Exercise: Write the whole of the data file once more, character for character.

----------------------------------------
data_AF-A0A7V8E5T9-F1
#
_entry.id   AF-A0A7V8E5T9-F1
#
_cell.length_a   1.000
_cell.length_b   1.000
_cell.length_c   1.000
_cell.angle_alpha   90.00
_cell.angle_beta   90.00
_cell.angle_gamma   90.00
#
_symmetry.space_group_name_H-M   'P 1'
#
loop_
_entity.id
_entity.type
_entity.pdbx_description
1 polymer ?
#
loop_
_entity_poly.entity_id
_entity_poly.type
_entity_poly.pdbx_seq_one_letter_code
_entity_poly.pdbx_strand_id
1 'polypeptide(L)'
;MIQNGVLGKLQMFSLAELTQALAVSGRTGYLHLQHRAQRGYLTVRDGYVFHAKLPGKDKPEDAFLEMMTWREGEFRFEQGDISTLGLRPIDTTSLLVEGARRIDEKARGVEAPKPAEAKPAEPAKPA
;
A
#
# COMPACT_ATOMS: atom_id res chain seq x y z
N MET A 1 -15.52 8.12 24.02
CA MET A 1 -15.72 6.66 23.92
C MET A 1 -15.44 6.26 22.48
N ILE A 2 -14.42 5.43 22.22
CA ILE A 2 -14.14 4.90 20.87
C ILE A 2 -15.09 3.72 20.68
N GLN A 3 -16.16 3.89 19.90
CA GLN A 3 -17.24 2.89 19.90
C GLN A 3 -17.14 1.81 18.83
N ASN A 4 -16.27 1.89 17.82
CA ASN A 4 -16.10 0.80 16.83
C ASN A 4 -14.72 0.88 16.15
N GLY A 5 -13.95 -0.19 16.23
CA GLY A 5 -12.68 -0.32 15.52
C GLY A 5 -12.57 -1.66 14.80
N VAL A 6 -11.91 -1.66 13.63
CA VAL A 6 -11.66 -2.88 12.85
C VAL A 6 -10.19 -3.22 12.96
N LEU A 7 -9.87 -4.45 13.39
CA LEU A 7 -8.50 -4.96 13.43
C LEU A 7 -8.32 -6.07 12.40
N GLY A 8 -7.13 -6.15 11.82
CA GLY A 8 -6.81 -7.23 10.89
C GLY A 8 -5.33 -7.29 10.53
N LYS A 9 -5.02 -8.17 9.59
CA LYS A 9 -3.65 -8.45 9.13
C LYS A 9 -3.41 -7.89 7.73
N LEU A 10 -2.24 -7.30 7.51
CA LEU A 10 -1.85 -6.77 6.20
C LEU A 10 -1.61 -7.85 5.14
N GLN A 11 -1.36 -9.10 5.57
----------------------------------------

data_AF-A0A7V8E5T9-F1
#
_entry.id   AF-A0A7V8E5T9-F1
#
_cell.length_a   1.000
_cell.length_b   1.000
_cell.length_c   1.000
_cell.angle_alpha   90.00
_cell.angle_beta   90.00
_cell.angle_gamma   90.00
#
_symmetry.space_group_name_H-M   'P 1'
#
loop_
_entity.id
_entity.type
_entity.pdbx_description
1 polymer ?
#
loop_
_entity_poly.entity_id
_entity_poly.type
_entity_poly.pdbx_seq_one_letter_code
_entity_poly.pdbx_strand_id
1 'polypeptide(L)'
;MIQNGVLGKLQMFSLAELTQALAVSGRTGYLHLQHRAQRGYLTVRDGYVFHAKLPGKDKPEDAFLEMMTWREGEFRFEQGDISTLGLRPIDTTSLLVEGARRIDEKARGVEAPKPAEAKPAEPAKPA
;
A
#
# COMPACT_ATOMS: atom_id res chain seq x y z
N MET A 1 -15.52 8.12 24.02
CA MET A 1 -15.72 6.66 23.92
C MET A 1 -15.44 6.26 22.48
N ILE A 2 -14.42 5.43 22.22
CA ILE A 2 -14.14 4.90 20.87
C ILE A 2 -15.09 3.72 20.68
N GLN A 3 -16.16 3.89 19.90
CA GLN A 3 -17.24 2.89 19.90
C GLN A 3 -17.14 1.81 18.83
N ASN A 4 -16.27 1.89 17.82
CA ASN A 4 -16.10 0.80 16.83
C ASN A 4 -14.72 0.88 16.15
N GLY A 5 -13.95 -0.19 16.23
CA GLY A 5 -12.68 -0.32 15.52
C GLY A 5 -12.57 -1.66 14.80
N VAL A 6 -11.91 -1.66 13.63
CA VAL A 6 -11.66 -2.88 12.85
C VAL A 6 -10.19 -3.22 12.96
N LEU A 7 -9.87 -4.45 13.39
CA LEU A 7 -8.50 -4.96 13.43
C LEU A 7 -8.32 -6.07 12.40
N GLY A 8 -7.13 -6.15 11.82
CA GLY A 8 -6.81 -7.23 10.89
C GLY A 8 -5.33 -7.29 10.53
N LYS A 9 -5.02 -8.17 9.59
CA LYS A 9 -3.65 -8.45 9.13
C LYS A 9 -3.41 -7.89 7.73
N LEU A 10 -2.24 -7.30 7.51
CA LEU A 10 -1.85 -6.77 6.20
C LEU A 10 -1.61 -7.85 5.14
N GLN A 11 -1.36 -9.10 5.57